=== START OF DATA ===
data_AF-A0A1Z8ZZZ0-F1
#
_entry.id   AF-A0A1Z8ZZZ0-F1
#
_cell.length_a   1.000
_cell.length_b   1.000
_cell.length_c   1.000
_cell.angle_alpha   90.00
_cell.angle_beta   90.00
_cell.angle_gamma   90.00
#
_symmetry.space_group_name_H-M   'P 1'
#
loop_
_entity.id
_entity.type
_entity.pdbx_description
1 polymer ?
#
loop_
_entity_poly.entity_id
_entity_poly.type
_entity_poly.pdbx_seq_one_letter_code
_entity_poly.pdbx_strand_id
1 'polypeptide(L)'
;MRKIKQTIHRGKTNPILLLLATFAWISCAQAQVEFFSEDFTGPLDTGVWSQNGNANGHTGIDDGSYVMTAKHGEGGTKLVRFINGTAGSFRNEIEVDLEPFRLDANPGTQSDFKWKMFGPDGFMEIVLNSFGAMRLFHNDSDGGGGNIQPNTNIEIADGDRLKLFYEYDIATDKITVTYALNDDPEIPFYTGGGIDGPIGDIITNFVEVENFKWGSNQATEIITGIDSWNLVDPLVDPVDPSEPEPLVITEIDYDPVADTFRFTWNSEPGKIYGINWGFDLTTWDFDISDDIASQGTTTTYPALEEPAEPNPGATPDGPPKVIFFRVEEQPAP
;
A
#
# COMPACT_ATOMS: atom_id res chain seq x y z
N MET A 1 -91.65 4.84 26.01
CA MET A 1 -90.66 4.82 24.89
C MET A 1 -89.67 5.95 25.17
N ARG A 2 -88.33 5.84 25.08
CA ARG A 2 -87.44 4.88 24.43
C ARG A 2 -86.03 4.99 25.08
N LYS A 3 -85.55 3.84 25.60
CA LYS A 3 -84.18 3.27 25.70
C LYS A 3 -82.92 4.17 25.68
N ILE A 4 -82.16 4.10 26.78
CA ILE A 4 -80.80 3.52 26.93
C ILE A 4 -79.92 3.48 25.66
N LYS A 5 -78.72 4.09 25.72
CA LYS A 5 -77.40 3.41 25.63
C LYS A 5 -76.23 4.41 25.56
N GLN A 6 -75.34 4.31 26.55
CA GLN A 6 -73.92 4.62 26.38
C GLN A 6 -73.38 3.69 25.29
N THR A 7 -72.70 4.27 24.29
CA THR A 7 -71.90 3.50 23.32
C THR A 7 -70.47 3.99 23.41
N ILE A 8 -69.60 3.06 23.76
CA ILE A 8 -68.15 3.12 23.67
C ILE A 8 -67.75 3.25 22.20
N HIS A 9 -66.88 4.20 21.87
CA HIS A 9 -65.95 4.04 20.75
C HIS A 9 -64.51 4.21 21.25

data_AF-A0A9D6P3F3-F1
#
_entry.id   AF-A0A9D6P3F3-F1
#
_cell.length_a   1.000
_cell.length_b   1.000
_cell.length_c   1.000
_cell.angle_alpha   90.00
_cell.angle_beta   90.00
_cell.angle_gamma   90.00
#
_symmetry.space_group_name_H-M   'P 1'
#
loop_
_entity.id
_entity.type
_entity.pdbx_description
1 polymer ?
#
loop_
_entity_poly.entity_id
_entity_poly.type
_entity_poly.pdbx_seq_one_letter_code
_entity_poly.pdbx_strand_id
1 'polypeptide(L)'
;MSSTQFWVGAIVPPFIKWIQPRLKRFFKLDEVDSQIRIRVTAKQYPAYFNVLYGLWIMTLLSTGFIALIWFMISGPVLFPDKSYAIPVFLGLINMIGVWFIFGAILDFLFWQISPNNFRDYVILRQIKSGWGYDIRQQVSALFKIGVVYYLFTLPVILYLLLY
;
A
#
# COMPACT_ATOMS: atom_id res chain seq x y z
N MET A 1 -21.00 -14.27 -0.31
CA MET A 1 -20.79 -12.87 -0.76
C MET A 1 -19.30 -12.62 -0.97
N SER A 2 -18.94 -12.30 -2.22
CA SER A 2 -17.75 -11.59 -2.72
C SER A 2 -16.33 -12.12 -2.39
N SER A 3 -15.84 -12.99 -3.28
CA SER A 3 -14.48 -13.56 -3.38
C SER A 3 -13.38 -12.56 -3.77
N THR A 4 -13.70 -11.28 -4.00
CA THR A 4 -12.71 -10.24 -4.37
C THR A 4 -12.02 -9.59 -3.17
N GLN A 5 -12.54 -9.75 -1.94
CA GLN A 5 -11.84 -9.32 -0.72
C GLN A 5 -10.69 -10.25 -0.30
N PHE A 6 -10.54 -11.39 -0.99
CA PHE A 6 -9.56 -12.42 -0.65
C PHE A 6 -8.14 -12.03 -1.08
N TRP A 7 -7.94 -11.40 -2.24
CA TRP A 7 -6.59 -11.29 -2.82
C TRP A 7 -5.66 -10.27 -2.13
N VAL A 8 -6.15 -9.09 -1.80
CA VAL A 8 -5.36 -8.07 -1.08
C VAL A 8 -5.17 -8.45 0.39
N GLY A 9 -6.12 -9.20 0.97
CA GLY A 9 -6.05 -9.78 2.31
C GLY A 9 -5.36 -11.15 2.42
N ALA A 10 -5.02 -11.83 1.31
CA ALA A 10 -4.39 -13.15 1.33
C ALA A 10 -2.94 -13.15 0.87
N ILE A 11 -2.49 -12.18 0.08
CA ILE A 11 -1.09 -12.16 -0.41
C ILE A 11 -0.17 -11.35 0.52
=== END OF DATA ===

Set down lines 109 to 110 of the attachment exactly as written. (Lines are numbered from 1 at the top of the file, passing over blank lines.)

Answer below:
N VAL A 8 -6.15 -9.09 -1.80
CA VAL A 8 -5.36 -8.07 -1.08